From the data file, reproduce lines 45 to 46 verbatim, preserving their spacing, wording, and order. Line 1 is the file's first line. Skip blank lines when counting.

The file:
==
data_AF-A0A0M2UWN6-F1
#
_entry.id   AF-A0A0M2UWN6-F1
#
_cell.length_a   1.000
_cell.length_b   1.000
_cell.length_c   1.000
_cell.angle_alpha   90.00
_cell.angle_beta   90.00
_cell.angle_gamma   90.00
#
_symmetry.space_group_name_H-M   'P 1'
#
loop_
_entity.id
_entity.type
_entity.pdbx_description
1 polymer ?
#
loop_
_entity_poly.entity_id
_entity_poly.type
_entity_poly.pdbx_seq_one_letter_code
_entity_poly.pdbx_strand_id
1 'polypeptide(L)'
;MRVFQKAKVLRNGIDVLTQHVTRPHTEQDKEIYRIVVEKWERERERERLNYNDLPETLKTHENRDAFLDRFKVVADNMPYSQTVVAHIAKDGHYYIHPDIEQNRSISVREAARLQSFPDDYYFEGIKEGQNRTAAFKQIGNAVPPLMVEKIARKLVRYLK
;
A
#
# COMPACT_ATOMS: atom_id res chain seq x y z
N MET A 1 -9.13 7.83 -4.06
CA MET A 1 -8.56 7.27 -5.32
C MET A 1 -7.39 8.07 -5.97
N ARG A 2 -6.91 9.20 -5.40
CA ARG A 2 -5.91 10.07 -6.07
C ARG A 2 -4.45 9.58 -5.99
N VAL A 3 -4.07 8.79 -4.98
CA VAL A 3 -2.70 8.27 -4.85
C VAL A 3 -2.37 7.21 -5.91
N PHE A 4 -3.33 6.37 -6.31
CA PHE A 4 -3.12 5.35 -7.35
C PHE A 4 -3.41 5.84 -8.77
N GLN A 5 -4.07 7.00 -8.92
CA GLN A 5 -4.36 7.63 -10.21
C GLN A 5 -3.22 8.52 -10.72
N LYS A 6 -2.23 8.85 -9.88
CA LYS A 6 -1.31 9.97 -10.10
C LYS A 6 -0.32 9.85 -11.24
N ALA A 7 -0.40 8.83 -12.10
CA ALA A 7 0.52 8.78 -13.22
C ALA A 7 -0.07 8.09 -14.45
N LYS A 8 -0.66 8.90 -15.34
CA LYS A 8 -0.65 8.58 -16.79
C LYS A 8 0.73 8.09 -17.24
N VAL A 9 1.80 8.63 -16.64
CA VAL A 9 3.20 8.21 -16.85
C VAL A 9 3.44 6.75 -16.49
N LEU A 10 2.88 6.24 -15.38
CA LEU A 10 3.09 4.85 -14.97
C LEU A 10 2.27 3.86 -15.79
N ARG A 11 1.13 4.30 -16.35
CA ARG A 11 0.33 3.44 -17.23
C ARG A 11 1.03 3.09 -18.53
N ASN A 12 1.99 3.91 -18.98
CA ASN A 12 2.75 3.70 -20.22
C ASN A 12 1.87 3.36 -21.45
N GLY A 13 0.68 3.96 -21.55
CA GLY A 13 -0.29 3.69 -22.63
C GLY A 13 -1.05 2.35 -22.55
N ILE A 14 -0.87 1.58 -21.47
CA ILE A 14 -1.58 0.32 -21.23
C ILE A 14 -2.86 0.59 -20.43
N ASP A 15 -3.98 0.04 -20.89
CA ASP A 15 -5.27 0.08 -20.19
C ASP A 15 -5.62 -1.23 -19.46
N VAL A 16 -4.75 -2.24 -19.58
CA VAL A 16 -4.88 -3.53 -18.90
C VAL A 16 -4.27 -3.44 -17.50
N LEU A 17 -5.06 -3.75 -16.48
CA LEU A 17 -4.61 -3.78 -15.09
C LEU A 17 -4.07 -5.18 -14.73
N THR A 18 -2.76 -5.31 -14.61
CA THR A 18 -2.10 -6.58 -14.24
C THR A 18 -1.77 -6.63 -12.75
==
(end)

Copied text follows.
C GLN A 5 -3.22 8.52 -10.72
N LYS A 6 -2.23 8.85 -9.88